Water Scarcity

Posted in Politics, Resources at 10:41 pm by justakim

After my last post on the relining of a canal that would cut Mexico and Mexican wetlands off from leaking water, the scarcity of water has been on my mind.

On Monday, seven states that rely on the Colorado River for water submitted a plan for dealing with water in years of drought. The upper basin states would release less water and the lower basin states will draw water form other sources, under a plan of ‘intentionally created surpluses’.

But what does this mean:

Water for agriculture in Southern California could be “banked” in Lake Mead for future use if farm lands are allowed to go fallow.

What’s that, subsidies for not farming until you’ve built up a reserve?

No mention of Mexico was made in this article. I find it unlikely that the involved states will be more considerate in making sure Mexico gets its fair share of the Colorado.

Meanwhile we hear about investors speculating on water claims as water becomes a greater point of contention.

“Governments globally are reaching a point where they’re not able to finance the delivery of cheap water, which is why the private sector is getting more and more interested,” says a venture capitalist.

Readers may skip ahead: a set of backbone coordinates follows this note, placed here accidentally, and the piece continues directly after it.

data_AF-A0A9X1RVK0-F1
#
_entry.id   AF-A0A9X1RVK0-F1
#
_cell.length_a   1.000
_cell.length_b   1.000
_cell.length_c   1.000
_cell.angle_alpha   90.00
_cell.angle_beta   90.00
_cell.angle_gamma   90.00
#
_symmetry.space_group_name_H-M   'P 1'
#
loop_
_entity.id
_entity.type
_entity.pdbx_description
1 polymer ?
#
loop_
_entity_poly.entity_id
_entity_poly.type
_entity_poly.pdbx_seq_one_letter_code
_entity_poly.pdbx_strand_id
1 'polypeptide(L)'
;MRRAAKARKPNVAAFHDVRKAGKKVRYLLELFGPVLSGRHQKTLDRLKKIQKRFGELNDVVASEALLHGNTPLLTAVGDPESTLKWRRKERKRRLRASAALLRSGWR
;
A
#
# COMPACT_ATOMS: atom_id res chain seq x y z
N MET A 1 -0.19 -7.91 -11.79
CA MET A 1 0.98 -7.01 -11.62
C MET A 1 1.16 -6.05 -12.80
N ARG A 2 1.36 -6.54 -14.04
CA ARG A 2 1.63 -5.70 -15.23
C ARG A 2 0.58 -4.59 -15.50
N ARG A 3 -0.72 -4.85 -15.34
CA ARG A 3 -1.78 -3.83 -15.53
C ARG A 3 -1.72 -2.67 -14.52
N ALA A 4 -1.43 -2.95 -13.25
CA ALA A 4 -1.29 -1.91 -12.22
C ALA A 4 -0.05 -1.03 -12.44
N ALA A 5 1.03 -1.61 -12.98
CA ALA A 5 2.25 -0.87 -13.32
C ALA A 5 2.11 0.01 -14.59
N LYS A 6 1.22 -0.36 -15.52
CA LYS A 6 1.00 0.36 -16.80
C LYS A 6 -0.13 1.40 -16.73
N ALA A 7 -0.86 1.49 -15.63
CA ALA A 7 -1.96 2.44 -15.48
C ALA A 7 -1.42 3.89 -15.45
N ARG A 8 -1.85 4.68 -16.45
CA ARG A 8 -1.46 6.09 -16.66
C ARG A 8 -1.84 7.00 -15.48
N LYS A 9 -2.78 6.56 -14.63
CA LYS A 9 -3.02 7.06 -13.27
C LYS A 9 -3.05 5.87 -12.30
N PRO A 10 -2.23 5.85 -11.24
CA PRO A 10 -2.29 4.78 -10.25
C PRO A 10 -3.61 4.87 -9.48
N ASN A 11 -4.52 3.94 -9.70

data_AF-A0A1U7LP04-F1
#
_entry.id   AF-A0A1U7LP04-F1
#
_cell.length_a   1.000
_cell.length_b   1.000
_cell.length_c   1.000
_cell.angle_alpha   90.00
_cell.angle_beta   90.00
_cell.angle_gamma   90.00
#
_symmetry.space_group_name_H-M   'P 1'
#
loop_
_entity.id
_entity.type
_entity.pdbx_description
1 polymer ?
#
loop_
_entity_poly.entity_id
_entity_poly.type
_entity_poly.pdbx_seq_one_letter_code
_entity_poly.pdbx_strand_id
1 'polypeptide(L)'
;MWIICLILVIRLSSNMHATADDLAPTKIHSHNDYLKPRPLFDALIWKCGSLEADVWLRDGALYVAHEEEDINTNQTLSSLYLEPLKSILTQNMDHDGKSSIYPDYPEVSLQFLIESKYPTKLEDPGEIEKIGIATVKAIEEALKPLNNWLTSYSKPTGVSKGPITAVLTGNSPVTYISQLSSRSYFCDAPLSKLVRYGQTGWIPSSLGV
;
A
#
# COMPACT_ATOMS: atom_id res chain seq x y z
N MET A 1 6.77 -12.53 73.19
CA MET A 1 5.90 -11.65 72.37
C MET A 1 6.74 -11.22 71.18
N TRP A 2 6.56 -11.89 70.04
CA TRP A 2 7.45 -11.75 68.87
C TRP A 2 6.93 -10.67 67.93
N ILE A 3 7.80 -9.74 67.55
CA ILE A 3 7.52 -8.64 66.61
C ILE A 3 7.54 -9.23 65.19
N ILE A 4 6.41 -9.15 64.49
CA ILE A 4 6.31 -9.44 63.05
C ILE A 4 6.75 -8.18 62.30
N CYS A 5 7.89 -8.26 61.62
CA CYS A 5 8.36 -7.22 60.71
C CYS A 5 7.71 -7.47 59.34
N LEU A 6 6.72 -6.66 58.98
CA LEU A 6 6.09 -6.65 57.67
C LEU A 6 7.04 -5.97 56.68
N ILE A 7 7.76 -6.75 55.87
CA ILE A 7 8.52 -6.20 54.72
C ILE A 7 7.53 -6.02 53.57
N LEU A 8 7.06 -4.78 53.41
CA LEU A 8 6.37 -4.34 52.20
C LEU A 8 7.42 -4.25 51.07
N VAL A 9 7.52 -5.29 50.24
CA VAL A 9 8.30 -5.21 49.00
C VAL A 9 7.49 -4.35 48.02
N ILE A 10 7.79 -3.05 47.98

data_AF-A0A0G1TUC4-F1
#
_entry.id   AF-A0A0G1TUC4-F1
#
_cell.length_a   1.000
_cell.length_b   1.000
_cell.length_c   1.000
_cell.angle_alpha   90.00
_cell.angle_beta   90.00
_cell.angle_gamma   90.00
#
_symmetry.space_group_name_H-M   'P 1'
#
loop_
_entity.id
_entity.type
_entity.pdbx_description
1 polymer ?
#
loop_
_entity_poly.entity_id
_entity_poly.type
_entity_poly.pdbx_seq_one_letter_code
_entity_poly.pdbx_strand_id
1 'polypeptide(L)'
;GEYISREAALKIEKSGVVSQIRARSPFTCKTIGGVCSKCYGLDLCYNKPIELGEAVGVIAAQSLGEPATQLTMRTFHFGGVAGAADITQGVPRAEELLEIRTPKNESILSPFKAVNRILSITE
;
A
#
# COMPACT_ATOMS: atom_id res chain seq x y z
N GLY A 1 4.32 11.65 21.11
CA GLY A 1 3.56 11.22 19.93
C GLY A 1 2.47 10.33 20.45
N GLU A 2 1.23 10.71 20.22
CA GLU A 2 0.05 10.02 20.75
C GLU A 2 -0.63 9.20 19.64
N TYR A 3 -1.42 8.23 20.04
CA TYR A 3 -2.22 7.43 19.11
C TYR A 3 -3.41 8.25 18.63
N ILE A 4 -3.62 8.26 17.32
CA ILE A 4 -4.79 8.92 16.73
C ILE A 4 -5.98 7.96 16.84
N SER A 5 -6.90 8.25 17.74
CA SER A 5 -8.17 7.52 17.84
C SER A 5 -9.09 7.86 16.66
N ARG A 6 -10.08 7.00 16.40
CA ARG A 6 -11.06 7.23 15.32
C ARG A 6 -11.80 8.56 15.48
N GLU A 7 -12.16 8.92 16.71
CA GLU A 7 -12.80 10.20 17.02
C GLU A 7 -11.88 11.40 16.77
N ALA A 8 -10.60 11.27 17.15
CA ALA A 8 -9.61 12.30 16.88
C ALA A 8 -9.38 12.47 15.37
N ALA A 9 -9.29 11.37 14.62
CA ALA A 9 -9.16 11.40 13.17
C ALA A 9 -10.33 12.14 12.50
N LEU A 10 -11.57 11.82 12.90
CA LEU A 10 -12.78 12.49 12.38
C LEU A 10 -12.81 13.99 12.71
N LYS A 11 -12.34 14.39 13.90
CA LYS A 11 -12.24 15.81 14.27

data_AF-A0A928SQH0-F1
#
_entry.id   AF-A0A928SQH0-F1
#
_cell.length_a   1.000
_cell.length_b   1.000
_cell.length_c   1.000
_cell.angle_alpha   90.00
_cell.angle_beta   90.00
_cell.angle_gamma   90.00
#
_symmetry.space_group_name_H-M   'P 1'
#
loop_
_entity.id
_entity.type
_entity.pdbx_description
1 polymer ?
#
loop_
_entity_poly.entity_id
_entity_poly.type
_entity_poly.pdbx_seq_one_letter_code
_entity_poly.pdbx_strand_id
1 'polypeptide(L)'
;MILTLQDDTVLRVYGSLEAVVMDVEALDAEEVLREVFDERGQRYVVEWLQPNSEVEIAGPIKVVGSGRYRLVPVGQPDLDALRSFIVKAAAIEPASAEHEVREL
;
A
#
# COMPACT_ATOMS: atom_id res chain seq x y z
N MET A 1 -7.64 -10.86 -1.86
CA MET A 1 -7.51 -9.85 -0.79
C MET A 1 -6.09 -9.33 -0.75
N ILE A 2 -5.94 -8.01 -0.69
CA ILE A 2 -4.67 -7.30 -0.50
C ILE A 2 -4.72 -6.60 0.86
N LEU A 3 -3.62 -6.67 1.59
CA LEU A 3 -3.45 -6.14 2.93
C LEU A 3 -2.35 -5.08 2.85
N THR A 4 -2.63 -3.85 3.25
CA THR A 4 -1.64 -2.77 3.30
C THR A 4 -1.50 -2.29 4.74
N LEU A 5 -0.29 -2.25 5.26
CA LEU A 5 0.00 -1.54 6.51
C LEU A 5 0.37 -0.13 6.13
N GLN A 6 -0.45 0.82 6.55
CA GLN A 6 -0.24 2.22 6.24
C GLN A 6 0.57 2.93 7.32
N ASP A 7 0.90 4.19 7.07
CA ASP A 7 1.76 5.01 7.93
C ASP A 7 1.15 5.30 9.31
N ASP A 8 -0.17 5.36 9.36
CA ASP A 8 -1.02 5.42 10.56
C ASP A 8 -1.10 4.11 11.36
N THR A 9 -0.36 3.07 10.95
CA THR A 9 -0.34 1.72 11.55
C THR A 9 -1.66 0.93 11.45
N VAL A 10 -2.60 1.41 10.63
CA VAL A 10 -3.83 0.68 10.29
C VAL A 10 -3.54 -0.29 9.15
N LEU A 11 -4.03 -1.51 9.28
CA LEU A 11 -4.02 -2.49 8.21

While some are banking upon water liabilities, others seem unconcerned with the risks. Water reporting seems to be skimpy and lacking standardization, even in water-heavy industries. This seems to be a strong case of moral hazard, trusting in the government to subsidize their water needs under the assumption that water is a necessity rather than the scarce resource it truly is. Even if water is available at a much cheaper rate than it should be, one would think that keeping tabs on how much water you’re using would be useful information. Can water be so cheap, or so secure, that it doesn’t matter how much is used?

The divergence in approaches to water as a resource may outreach our supply.

I am not advocating that water be simply subject to the market. The demand for water is pretty inelastic after some point; we need it to live. But we can’t ignore the fact that there is a limited supply, and some uses for fresh water are more valuable than others. And if we wanted to make our own, it’s going to require investment, and it’s going to cost.

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